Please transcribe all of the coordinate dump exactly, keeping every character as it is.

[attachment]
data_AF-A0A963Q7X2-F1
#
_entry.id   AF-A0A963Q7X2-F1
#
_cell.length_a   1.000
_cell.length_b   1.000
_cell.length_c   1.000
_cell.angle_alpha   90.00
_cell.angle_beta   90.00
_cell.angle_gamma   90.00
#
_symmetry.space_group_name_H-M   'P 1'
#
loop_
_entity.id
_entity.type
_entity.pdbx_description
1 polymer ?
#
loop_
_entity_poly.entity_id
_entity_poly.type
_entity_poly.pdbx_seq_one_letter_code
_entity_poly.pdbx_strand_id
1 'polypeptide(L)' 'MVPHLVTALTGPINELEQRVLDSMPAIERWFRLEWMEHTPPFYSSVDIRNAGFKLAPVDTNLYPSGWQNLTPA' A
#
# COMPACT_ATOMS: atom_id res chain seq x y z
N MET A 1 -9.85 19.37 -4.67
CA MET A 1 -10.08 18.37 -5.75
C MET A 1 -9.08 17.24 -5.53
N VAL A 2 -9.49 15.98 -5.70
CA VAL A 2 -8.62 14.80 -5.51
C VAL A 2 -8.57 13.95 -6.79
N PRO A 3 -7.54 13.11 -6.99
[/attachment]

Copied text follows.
data_AF-A0A963Q7X2-F1
#
_entry.id   AF-A0A963Q7X2-F1
#
_cell.length_a   1.000
_cell.length_b   1.000
_cell.length_c   1.000
_cell.angle_alpha   90.00
_cell.angle_beta   90.00
_cell.angle_gamma   90.00
#
_symmetry.space_group_name_H-M   'P 1'
#
loop_
_entity.id
_entity.type
_entity.pdbx_description
1 polymer ?
#
loop_
_entity_poly.entity_id
_entity_poly.type
_entity_poly.pdbx_seq_one_letter_code
_entity_poly.pdbx_strand_id
1 'polypeptide(L)' 'MVPHLVTALTGPINELEQRVLDSMPAIERWFRLEWMEHTPPFYSSVDIRNAGFKLAPVDTNLYPSGWQNLTPA' A
#
# COMPACT_ATOMS: atom_id res chain seq x y z
N MET A 1 -9.85 19.37 -4.67
CA MET A 1 -10.08 18.37 -5.75
C MET A 1 -9.08 17.24 -5.53
N VAL A 2 -9.49 15.98 -5.70
CA VAL A 2 -8.62 14.80 -5.51
C VAL A 2 -8.57 13.95 -6.79
N PRO A 3 -7.54 13.11 -6.99